The 2014 FIFA World Cup in Brazil: Mega-event or Potential Disaster?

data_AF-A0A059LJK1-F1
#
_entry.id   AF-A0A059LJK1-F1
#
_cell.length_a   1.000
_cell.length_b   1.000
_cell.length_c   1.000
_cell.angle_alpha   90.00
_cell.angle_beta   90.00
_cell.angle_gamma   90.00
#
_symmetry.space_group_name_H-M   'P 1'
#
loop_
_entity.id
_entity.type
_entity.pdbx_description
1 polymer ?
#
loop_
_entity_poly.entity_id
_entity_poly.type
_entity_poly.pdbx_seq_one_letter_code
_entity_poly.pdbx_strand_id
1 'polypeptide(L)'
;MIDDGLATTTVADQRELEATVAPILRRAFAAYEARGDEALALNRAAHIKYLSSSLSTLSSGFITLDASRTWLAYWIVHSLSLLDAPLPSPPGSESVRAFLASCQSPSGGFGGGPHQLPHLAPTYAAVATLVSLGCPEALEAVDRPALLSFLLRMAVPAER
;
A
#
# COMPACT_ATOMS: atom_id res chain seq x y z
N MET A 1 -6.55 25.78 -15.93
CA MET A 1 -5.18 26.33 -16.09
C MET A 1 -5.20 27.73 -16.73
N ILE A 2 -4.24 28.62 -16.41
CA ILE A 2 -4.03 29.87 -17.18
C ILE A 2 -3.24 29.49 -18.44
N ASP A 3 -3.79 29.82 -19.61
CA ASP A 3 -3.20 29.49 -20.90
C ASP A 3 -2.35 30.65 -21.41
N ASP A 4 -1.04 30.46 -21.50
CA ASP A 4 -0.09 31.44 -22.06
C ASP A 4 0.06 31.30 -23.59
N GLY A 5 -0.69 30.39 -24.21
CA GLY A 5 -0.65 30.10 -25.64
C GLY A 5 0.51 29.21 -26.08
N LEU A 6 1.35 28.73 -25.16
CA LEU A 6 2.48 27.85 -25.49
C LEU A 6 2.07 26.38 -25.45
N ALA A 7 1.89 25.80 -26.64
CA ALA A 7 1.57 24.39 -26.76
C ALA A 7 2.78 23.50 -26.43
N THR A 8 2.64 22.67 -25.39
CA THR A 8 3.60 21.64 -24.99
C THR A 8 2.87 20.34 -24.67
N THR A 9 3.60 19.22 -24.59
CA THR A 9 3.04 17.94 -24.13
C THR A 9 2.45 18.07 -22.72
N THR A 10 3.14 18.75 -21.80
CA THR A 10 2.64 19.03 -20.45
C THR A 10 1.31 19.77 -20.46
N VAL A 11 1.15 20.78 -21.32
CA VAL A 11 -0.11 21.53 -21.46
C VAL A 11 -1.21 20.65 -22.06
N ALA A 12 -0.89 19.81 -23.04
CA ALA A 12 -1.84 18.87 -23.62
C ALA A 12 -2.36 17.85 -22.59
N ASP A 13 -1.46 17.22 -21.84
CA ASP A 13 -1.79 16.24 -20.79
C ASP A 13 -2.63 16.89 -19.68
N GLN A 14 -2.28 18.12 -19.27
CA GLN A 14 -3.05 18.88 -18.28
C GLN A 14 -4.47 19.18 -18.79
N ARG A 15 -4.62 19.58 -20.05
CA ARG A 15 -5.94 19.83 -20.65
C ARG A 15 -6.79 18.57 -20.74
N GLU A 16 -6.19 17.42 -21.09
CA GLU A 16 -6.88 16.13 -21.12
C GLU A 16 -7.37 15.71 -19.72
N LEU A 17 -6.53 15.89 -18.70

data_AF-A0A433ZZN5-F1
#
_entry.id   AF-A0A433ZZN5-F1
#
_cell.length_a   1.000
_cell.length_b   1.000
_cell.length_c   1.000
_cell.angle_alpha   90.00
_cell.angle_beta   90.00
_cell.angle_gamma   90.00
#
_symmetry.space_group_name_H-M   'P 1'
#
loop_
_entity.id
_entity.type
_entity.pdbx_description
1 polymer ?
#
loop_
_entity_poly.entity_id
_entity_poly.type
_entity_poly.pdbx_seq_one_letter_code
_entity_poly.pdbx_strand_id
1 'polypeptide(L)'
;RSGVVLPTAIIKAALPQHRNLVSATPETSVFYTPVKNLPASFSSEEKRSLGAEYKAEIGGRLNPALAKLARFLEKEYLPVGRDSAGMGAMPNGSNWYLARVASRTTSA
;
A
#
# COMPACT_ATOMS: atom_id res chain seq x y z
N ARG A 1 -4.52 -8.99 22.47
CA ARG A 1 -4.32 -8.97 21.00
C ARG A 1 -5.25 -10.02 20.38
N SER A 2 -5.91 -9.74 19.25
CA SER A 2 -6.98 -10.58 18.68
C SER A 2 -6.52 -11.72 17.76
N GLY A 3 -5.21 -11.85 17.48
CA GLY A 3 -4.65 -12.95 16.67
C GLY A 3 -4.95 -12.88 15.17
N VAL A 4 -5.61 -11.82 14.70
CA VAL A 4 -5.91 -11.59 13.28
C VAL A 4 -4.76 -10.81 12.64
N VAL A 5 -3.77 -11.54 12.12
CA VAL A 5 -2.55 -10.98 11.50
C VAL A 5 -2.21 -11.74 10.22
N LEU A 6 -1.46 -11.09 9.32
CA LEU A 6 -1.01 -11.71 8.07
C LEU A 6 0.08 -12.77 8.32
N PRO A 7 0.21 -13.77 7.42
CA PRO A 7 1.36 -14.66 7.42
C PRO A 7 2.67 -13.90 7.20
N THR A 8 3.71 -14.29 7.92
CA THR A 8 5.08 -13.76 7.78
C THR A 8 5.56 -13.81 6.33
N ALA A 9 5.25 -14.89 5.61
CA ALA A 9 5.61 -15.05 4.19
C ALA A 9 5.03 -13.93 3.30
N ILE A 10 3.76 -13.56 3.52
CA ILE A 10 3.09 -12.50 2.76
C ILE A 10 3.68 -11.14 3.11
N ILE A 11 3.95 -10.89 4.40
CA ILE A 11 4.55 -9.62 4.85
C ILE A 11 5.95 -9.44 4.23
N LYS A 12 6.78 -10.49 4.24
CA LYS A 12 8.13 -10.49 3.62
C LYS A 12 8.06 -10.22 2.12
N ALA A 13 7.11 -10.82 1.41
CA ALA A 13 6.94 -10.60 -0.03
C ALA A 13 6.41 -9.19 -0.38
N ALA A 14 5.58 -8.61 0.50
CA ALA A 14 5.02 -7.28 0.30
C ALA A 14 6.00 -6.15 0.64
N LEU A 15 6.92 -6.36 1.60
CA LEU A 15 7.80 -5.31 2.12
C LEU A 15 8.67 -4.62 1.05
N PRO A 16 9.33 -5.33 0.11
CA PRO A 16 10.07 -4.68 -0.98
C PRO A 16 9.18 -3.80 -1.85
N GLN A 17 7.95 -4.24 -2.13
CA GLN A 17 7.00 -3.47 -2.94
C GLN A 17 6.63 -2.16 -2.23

The proposed research aims to analyze the 2014 Brazil FIFA World Cup (FWC) from a processual social science perspective. The preparation, design, execution, reception and immediate impacts of the event will be documented while giving special attention to the organizational, material, symbolic and aesthetic aspects of the FWC. Our theoretical framework critiques economic analyses that see the FWC as an investment for the reason that benefits or costs simply cannot be foreseen (Arlei e Ruben 2013). It also takes distance from reductionist and catastrophic analyses that view the coming FWC as a transnational mega-event imposed on the Brazilian population, to the exclusive benefit of (transnational) economic elites. Such analyses presume the existence of a dominant and consistent master design that can be implemented without problems. They obfuscate the fractures, tensions and fault- lines of the FWC, thereby creating the ideological fantasy of a post-political society of the spectacle (Swyngedouw 2012). Alternatively, we choose to see the FWC as a sequence of inter-related and associated events; an assemblage that travels, that induces multiple complementary investments and activities, generating aesthetic sensibilities, and harboring high potentials for political mobilization. We conceive the FWC both as a transnational process involving the circulation of images, organizational designs, people and capital, and as a form of governmentality involving a diversity of institutions (regional, national and transnational) that deploy and experiment with technologies of control, surveillance, coordination, management, and participation. Such forms of governmentality are also shaped by socio-symbolic and affective and aesthetic processes through which spectators re-interpret and re-define the meanings of the event (Ranciere 2000). The following lines of research are envisaged: 1. The cultural production and reception of the spectacle, 2. The material organization, design and operationalization of the FWC, 3. Contestations and Mobilizations, 4. The transnational construction of Brazilian-ness through the FWC.